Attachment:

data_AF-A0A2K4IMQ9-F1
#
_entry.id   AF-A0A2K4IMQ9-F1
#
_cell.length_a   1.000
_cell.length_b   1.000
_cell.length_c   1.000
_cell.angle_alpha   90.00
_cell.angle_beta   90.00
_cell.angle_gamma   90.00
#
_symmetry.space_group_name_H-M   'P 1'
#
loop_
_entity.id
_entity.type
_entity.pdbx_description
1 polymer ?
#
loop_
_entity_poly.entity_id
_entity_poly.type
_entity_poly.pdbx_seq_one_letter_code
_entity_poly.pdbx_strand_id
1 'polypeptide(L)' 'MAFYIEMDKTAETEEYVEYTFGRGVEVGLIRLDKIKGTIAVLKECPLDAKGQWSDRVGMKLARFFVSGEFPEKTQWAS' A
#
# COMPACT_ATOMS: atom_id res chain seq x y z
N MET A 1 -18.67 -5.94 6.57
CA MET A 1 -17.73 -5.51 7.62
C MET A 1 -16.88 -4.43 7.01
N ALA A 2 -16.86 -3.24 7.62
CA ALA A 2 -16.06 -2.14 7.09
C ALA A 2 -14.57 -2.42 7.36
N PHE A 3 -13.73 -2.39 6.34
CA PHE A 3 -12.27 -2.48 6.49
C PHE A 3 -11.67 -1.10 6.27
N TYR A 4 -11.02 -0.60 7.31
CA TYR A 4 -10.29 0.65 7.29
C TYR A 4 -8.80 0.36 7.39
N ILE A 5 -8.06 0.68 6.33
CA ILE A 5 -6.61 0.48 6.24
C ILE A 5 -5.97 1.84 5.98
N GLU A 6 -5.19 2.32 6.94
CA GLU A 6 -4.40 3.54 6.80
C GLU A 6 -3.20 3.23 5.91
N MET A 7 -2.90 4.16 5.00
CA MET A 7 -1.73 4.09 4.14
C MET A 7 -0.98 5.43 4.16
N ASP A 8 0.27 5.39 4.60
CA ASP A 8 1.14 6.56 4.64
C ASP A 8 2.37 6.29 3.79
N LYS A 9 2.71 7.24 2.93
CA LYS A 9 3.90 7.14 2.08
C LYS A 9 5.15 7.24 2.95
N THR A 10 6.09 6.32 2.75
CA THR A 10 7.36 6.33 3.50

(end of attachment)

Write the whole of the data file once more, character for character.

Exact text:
data_AF-A0A2K4IMQ9-F1
#
_entry.id   AF-A0A2K4IMQ9-F1
#
_cell.length_a   1.000
_cell.length_b   1.000
_cell.length_c   1.000
_cell.angle_alpha   90.00
_cell.angle_beta   90.00
_cell.angle_gamma   90.00
#
_symmetry.space_group_name_H-M   'P 1'
#
loop_
_entity.id
_entity.type
_entity.pdbx_description
1 polymer ?
#
loop_
_entity_poly.entity_id
_entity_poly.type
_entity_poly.pdbx_seq_one_letter_code
_entity_poly.pdbx_strand_id
1 'polypeptide(L)' 'MAFYIEMDKTAETEEYVEYTFGRGVEVGLIRLDKIKGTIAVLKECPLDAKGQWSDRVGMKLARFFVSGEFPEKTQWAS' A
#
# COMPACT_ATOMS: atom_id res chain seq x y z
N MET A 1 -18.67 -5.94 6.57
CA MET A 1 -17.73 -5.51 7.62
C MET A 1 -16.88 -4.43 7.01
N ALA A 2 -16.86 -3.24 7.62
CA ALA A 2 -16.06 -2.14 7.09
C ALA A 2 -14.57 -2.42 7.36
N PHE A 3 -13.73 -2.39 6.34
CA PHE A 3 -12.27 -2.48 6.49
C PHE A 3 -11.67 -1.10 6.27
N TYR A 4 -11.02 -0.60 7.31
CA TYR A 4 -10.29 0.65 7.29
C TYR A 4 -8.80 0.36 7.39
N ILE A 5 -8.06 0.68 6.33
CA ILE A 5 -6.61 0.48 6.24
C ILE A 5 -5.97 1.84 5.98
N GLU A 6 -5.19 2.32 6.94
CA GLU A 6 -4.40 3.54 6.80
C GLU A 6 -3.20 3.23 5.91
N MET A 7 -2.90 4.16 5.00
CA MET A 7 -1.73 4.09 4.14
C MET A 7 -0.98 5.43 4.16
N ASP A 8 0.27 5.39 4.60
CA ASP A 8 1.14 6.56 4.64
C ASP A 8 2.37 6.29 3.79
N LYS A 9 2.71 7.24 2.93
CA LYS A 9 3.90 7.14 2.08
C LYS A 9 5.15 7.24 2.95
N THR A 10 6.09 6.32 2.75
CA THR A 10 7.36 6.33 3.50